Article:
What can ASX investors learn from fresh changes in Warren Buffett's portfolio?

There's always something we can learn from Warren Buffett.

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Warren Buffett is almost universally regarded as the greatest living investor, and one of, if not the best investors of all time. Even though Buffett is well into his 90s today, he still runs his gigantic conglomerate Berkshire Hathaway Inc (NYSE: BRK.A)(NYSE: BRK.B) with enthusiasm.

As such, the stock buys and sells Buffett makes through Berkshire are always closely scrutinised by investors all around the world, when this data is publically released every three months.

As it happens, the latest 13F report from the US Securities and Exchange Commission (SEC) has just been released, covering the three months to 30 September. So let's take a look at it and see if ASX investors can learn anything from Buffett's latest market moves.

According to the 13F filing and Whale Wisdom, Buffett indeed made several notable changes to Berkshire's portfolio during the September quarter.

What stocks has Warren Buffett bought and sold?

The first thing to note is that Buffett continues to preside over a swelling pile of cash at Berkshire. Total cash and cash equivalents rose from US$147.4 billion in the prior quarter to US$157.2 billion last quarter.

No doubt this was partly fuelled by the torrent of dividends the company periodically receives. But some of it was also funded by some large sales.

Buffett completely closed out of no less than seven portfolio positions last quarter, some of which Berkshire has held for many years.

They were as follows:

The Activision Blizzard exit probably eventuated thanks to the company's acquisition by tech giant Microsoft Corporation (NASDAQ: MSFT). However, all of the other exits are certainly notable. For example, Warren Buffett, through Berkshire, has owned some form of Procter & Gamble stock since 2005. Johnson & Johnson, since 2006.

Buffett also trimmed down the following positions, without selling out entirely:

However, it's worth keeping in mind that all of these sales were a drop in the ocean for Berkshire, representing approximately 1% of the company's portfolio by my calculations.

Buffett did make some acquisitions too. But the only one of note was an initiation of a US$8 million stake in Atlanta Braves Holdings Inc (NASDAQ: BATRA), the holding company of the Atlanta Braves baseball team. Since this investment is a veritable gain of sand on Berkshire's beach, it could well represent a personal sop for Buffett

What's more notable were the stocks that Buffett didn't touch.

The core is the core

Berkshire's core holdings, the stocks that his company is famous for and that make up the lion's share of Berkshire's portfolio, are as follows:

These holdings collectively make up around 70% of Berkshire's portfolio and were entirely unchanged over the quarter. Apple alone accounts for almost half of Berkshire's holdings.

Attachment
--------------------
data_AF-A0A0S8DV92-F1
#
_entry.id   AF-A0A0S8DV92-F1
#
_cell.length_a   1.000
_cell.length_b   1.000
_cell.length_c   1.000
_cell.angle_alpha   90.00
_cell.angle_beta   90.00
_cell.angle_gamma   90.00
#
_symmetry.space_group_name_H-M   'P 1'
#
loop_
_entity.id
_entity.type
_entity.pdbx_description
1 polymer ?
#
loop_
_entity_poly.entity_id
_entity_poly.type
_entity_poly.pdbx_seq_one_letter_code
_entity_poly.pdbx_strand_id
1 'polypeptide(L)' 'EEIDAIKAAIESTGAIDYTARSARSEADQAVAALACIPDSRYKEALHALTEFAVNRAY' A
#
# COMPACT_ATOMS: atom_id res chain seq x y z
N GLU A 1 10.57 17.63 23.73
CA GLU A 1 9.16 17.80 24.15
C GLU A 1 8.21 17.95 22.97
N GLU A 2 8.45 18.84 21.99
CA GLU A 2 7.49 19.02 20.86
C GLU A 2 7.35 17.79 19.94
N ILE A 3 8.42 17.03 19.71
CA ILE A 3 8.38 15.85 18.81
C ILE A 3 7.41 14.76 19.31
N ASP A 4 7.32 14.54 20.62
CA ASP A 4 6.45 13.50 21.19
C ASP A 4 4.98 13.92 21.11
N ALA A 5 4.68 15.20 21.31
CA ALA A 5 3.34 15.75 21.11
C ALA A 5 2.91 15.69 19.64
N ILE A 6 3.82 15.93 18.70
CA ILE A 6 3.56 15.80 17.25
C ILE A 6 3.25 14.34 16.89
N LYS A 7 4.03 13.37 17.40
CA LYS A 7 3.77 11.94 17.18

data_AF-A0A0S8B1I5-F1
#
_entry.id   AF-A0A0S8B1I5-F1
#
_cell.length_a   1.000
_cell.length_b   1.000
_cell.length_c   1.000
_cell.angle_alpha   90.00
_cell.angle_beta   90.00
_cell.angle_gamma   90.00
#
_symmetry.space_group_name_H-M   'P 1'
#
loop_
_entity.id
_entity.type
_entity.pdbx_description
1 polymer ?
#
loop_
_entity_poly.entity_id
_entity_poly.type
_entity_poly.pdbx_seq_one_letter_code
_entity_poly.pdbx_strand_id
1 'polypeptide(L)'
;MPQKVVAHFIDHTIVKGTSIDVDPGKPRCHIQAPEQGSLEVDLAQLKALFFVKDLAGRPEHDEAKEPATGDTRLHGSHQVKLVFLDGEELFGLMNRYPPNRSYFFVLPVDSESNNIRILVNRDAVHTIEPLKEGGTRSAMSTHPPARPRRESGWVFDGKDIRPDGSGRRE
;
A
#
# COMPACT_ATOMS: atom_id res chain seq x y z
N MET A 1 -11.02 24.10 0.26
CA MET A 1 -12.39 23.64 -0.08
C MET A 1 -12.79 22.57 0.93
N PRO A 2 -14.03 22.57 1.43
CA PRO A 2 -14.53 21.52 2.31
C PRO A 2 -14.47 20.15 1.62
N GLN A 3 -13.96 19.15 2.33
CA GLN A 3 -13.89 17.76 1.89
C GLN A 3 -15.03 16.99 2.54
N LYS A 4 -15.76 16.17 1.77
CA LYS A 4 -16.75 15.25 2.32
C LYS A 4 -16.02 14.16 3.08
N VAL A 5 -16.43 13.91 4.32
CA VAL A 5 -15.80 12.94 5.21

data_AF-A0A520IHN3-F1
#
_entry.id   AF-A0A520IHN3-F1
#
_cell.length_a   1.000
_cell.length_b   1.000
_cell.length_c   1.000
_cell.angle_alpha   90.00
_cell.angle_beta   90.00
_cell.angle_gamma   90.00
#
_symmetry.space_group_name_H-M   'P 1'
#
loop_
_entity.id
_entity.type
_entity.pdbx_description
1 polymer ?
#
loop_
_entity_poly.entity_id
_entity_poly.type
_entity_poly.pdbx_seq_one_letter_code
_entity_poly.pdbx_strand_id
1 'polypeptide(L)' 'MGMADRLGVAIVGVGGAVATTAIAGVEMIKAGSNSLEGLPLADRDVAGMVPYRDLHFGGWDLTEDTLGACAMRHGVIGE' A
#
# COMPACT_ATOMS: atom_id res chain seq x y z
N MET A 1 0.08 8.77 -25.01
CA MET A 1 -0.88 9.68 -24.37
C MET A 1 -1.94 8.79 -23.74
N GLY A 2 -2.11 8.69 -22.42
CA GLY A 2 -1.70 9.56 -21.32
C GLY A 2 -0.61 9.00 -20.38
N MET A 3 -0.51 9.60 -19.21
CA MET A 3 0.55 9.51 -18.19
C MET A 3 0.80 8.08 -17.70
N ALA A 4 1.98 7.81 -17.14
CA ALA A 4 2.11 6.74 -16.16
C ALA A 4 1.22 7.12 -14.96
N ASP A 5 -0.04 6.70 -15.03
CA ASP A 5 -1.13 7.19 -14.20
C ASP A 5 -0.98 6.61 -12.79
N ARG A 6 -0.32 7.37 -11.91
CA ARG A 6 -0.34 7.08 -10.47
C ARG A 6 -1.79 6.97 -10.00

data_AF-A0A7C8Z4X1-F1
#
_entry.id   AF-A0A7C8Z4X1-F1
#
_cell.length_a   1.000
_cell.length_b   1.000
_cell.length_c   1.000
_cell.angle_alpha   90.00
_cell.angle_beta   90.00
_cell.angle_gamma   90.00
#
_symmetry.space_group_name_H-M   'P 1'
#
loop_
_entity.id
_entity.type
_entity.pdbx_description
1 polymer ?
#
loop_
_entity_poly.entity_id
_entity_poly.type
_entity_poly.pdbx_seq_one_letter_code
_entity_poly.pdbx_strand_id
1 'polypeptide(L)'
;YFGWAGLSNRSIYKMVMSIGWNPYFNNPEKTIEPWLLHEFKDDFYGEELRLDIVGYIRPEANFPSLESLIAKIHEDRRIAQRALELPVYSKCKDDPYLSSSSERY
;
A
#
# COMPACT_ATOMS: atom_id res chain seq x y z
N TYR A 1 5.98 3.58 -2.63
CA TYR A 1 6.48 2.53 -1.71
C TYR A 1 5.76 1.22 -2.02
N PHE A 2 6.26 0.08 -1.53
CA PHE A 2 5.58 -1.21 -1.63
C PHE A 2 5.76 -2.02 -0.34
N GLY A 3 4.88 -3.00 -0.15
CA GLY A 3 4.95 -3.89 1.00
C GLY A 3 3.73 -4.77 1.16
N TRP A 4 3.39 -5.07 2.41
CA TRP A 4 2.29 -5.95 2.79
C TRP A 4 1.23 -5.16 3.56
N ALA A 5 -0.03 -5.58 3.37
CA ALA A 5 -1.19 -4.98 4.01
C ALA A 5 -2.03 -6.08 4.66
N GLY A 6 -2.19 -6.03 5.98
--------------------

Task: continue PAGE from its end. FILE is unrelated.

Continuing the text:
So it's clear that Buffett's quarterly moves were more window dressings than anything else.

What can ASX investors learn from Buffett's latest moves at Berkshire?

It's usually difficult to decipher Buffett's moves and the lessons we can draw from them. After all, Buffett's investing prowess is pretty much unrivalled and what makes sense to him isn't always obvious to us mere mortals.

But I think the focus Buffett clearly maintains on his company's core holdings is of note. He obviously has complete faith in Berkshire's top holdings, evident from his trims of other small positions. ASX investors should be inspired by this conviction and commitment in my view.

Some of the companies he has sold or trimmed down are cyclical businesses though. Car maker GM, postal service UPS, oil titan Chevron and e-commerce giant Amazon are all exposed to the movements of the global economy more than most. So perhaps this tells us something about Warren Buffett's thinking about where the economy is heading next.

But that's just my take.

John Mackey, former CEO of Whole Foods Market, an Amazon subsidiary, is a member of The Motley Fool’s board of directors. American Express is an advertising partner of The Ascent, a Motley Fool company. Bank of America is an advertising partner of The Ascent, a Motley Fool company. Motley Fool contributor Sebastian Bowen has positions in Amazon, American Express, Apple, Berkshire Hathaway, Coca-Cola, Johnson & Johnson, Microsoft, Mondelez International, and Procter & Gamble. The Motley Fool Australia's parent company Motley Fool Holdings Inc. has positions in and has recommended Amazon, Apple, Bank of America, Berkshire Hathaway, HP, Markel Group, and Microsoft. The Motley Fool Australia's parent company Motley Fool Holdings Inc. has recommended Chevron, General Motors, Johnson & Johnson, and United Parcel Service and has recommended the following options: long January 2024 $47.50 calls on Coca-Cola and long January 2025 $25 calls on General Motors. The Motley Fool Australia has recommended Amazon, Apple, Berkshire Hathaway, and Markel Group. The Motley Fool has a disclosure policy. This article contains general investment advice only (under AFSL 400691). Authorised by Scott Phillips.

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